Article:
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Why did the Berlin Blockade Fail?

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Cordelia Heath

on 1 March 2014

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Transcript of Why did the Berlin Blockade Fail?

Why did the Berlin Blockade Fail?
Early Days
Would the Soviet Union shoot down these planes? There were anxious moments as the first planes flew over Berlin but no shots were fired. The airlift began on 28th June 1948 and lasted for 10 months. The British codenamed it 'Operation Plainfare'. It was the start of the biggest airlift in history....
Soon planes were flying day and night along the air corridors and each was given an exact time to land at 90 second intervals. This is one reason why the Blockade failed; at first the Soviet Union did absolutely nothing to stop them when they easily could have and by weakening them at the beginning would have scared them into not repeating their actions and causing the Blockade to fail
Lieutenant Gail Halvorsen fitting sweets to parachutes which were dropped to thousands of children in Berlin
Newest class of US Air Force pilots grouped in front of C-47 & C-54 cargo transport planes
Citizens of Berlin stand amid rubble near the edge of Tempelhof Airfield to watch an American C-47 cargo plane arrive with food & supplies
What was the Berlin Blockade?
In 1948, Stalin blockaded all routes by land and rail into West Berlin. The Berlin Blockade lasted 318 days. During this time, 275,000 planes transported 1.5 million tons of supplies and planes landed frequently in Berlin
The Berlin Blockade
On 12 May 1949 Stalin called off the blockade because he had failed to starve the Allies out of Berlin.
The pilots had a dangerous job as Soviet Planes flew across the air corridors and weather balloons were placed in awkward positions. Showing us that the Soviet Union were trying to do something to stop the airlift, however, as a warning to the Soviet Union, Truman ordered B-29 bombers, capable of carrying atom bombs to be sent to Britain. The Soviet Union was now within US bombing range.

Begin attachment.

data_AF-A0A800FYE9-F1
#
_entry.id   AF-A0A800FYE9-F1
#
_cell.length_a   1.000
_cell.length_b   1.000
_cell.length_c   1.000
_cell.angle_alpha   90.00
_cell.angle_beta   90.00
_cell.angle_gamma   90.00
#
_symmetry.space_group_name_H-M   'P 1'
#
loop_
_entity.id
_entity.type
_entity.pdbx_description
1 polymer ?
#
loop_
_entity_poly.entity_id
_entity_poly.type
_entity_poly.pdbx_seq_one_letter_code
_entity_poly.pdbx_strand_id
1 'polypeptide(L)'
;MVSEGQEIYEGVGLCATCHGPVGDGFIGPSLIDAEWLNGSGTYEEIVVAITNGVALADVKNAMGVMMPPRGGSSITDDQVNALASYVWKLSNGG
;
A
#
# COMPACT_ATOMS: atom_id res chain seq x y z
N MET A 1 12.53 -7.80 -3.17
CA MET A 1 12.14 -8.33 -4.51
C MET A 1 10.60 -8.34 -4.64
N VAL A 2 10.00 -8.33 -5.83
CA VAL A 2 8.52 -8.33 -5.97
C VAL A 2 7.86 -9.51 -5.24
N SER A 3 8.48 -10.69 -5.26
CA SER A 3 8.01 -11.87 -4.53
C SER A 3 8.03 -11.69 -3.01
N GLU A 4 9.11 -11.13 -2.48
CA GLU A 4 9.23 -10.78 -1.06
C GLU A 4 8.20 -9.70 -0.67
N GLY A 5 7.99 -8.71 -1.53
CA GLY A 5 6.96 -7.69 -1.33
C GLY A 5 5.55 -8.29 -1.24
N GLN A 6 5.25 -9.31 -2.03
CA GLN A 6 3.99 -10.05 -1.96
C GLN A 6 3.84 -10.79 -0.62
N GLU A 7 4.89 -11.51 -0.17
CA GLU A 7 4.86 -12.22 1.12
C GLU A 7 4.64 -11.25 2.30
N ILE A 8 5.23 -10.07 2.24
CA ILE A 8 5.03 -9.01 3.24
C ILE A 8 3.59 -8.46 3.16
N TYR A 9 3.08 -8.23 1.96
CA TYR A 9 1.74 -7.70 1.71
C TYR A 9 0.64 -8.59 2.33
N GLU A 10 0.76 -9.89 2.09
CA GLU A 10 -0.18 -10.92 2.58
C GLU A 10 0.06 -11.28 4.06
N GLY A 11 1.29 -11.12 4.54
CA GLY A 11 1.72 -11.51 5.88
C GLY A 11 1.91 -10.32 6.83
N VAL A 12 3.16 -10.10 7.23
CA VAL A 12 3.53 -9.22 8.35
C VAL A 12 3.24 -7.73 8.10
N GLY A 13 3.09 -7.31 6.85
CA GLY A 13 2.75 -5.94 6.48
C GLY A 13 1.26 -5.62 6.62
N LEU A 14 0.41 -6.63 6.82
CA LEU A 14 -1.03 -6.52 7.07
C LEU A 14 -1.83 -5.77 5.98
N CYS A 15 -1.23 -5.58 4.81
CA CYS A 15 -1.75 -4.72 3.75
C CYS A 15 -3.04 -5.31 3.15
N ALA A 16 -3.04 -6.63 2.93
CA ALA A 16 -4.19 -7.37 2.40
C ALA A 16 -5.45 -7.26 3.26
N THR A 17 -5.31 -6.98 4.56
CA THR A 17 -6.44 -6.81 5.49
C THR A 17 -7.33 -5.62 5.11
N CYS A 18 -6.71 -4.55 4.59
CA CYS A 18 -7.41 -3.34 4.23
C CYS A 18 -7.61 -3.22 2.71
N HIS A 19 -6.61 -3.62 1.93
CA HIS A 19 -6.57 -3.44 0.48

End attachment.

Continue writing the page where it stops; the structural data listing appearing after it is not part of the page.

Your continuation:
Stalin accused the West of interfering in the Soviet Zone. Stalin was trying to force the Allies to pull out of their sectors and abandon plans for separate development of their German zones. The west saw this as an attempt to starve Berlin into surrender, so they decided to supply west Berlin by air.
The Soviet Union then even tried to persuade people to move from West to East Berlin but only 3% took up the offer which meant that the airlift would still take place and due to the fact that the Soviet Union were not doing a lot about it, this contributed to the failure of the Blockade
Stalin had hoped that severe winter conditions would paralyse the airlift. However it was a relatively mild winter that did not disrupt the flights at all. Therefore the airlift continued into the spring and reached its peak on 16-17 April 1949 when 1398 flights landed nearly 13000 tons of supplies in 24 hours. The mild winter caught Stalin out meaning he could not do anything to disrupt the airlift and stop it for good which is another reason why the blockade failed
In conclusion it is clear that the Blockade failed for a number of small reasons over the course of a year such as, not reacting to the airlift at first and then acting suddenly in an offensive manner. Also Stalin was relying on the bad winter to do something about the airlift whilst it was temporarily paralysed, however all of his attempts to disrupt the airlift failed so in the end he gave up and called off the Berlin Blockade
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